The mental health benefits for children are just incredible: regular family dinners are associated with lower rates of depression, substance abuse, eating disorders, early teenage pregnancy, and these studies also show that children have higher rates of resilience and higher self-esteem. One family therapist joked that she could be out of business if more families had regular family dinners, because so many of the things that she tries to do in therapy sessions with her families, actually gets accomplished by regular dinners.
And it doesn’t have to be dinner, some families find it much easier to have breakfast together, or late night snacks even. Any consistent time that you push away from work and school to meet in the kitchen and eat and talk would count towards the benefits that I’ve been talking about.
And it doesn’t have to be every day. The research has mainly focused on five meals a week as being kind of a tipping point for a lot of these benefits, but that is not completely set in stone.
But only five meals a week. That actually could be doable when you take into account all of the meals that you eat together, or maybe could be eating together. You might have on the weekday/schooldays breakfast and dinner that might be able to work out, and then on the weekends you might even have breakfast, lunch, and dinner for Saturday and Sunday. So that’s a lot of meals to choose from to try to find those five meals together.
But if five becomes an obstacle, then don’t let that be the thing that stops you. Even if you just start with one or two and see how that feels, your family will definitely benefit. It doesn’t have to be a perfect number, it doesn’t have to be a home-cooked meal even, it definitely doesn’t have to come with the expectation of perfect manners, what matters is the together time and that it is enjoyable. Does everyone feel like when they have something to say, their family will listen? Does family dinner time happen without much criticism or anger or conflict? These are the things that should be focused one. It’s not so much the act of eating as much as it is about the connection and having that quality time together, which I know can be really hard to do especially with young children. But it’s still great to start this tradition and expectation when your kids are young. If you can get them to sit for only 5 or 10 minutes, that’s great. And then you can just build on that through the years.
With your teenagers, you can get them more involved by maybe asking them to help plan the menu a night a week or even help make dinner. This is definitely not the time to talk about the D they got in science or how messy their room is. Try having those conversations one on one away from the dinner table, so that family dinner time can stay as positive as possible.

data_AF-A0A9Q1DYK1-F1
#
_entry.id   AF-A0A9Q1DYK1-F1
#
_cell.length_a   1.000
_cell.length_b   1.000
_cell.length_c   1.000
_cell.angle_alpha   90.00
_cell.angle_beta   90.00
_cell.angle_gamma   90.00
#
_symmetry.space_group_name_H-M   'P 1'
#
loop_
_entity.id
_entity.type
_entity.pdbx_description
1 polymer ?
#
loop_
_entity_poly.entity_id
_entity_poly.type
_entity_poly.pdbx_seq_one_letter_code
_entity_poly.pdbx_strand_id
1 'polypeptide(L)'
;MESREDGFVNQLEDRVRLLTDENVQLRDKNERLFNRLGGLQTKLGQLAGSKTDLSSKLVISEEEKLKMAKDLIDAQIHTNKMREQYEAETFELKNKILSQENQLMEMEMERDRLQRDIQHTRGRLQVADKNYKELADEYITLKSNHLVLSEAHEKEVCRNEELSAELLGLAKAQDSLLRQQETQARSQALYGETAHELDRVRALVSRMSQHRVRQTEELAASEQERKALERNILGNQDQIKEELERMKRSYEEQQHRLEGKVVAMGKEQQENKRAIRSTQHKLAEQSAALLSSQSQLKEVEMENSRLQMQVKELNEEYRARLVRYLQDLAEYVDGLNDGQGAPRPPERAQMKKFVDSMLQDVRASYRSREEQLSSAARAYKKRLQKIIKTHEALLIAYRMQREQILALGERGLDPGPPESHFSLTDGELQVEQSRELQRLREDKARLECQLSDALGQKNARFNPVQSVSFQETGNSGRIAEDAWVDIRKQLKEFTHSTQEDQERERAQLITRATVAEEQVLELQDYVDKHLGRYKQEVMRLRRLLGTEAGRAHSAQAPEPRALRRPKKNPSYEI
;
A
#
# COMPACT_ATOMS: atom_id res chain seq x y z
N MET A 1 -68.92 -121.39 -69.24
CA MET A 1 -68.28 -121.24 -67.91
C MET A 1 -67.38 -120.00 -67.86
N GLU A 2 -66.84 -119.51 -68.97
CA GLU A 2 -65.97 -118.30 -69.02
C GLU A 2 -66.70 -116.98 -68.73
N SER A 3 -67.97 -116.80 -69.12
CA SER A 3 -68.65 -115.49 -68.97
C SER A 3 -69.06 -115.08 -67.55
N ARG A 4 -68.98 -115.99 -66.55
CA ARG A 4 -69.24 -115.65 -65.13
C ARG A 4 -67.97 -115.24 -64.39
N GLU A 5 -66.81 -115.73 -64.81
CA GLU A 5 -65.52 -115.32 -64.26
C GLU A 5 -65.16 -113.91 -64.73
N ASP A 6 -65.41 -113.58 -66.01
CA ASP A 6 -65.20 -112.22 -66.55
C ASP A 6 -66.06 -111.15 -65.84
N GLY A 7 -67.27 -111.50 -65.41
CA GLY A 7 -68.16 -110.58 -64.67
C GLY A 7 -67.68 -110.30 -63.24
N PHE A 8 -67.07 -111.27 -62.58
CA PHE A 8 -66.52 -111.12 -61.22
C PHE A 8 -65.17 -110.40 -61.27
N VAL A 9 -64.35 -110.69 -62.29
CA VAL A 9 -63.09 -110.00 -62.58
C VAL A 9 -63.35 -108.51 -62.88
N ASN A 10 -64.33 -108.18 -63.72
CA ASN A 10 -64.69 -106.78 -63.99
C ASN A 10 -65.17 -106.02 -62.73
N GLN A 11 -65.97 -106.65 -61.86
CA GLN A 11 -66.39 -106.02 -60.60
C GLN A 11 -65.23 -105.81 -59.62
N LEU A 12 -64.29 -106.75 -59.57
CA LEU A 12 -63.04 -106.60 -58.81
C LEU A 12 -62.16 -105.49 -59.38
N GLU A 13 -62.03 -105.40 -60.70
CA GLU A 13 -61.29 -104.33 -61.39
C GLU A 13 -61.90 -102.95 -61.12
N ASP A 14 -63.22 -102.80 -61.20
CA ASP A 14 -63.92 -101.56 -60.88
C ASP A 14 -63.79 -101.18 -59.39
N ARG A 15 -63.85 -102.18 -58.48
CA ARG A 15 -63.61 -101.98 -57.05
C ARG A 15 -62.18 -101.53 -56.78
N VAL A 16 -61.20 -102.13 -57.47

Dinner time has always been a thing with my family and my children, it’s an expectation I’ve always had for myself. That’s the time of day when I really make sure to exhaust myself in serving my family. It probably comes with a lot of guilty mom feelings because I’ve been working so much all day, so that’s the time that I make sure I’m letting my family know that I love them by serving them a meal. And honestly, it is quite exhausting. I call it my bewitching hours. I’ve already put in a full day, I’m exhausted, and now I need to be in the kitchen for a couple hours cooking and cleaning. I have to dig really deep sometimes to get myself into that kitchen. And I’m always so busy preparing the food and worn out by the time everyone comes to the table to scarf it down in 2.6 minutes that I don’t really think through how I’m going to engage the kids at the dinner table. But I need to, because this is where the magic happens.
Making dinner meaningful can look like just asking each person about their day. Maybe not just asking How was your day? Or how was school? Because those questions can easily result in just one word answers. Sometimes really meaningful conversations can be inspired just from all family members getting a chance to kind of talk through their day a little. But you have to ask in the right way to get your kids talking.
What my family likes to do, and I admit I need to do this more often because lately everyone is just so busy that they usually say Hi, stuff the food in their mouth and take off from the table in about 10 mins. But what we do when I remember and have my wits about me is each person says a “rose, thorn, and bud”. This is just a way for your family to each reflect on their day with a little more purpose.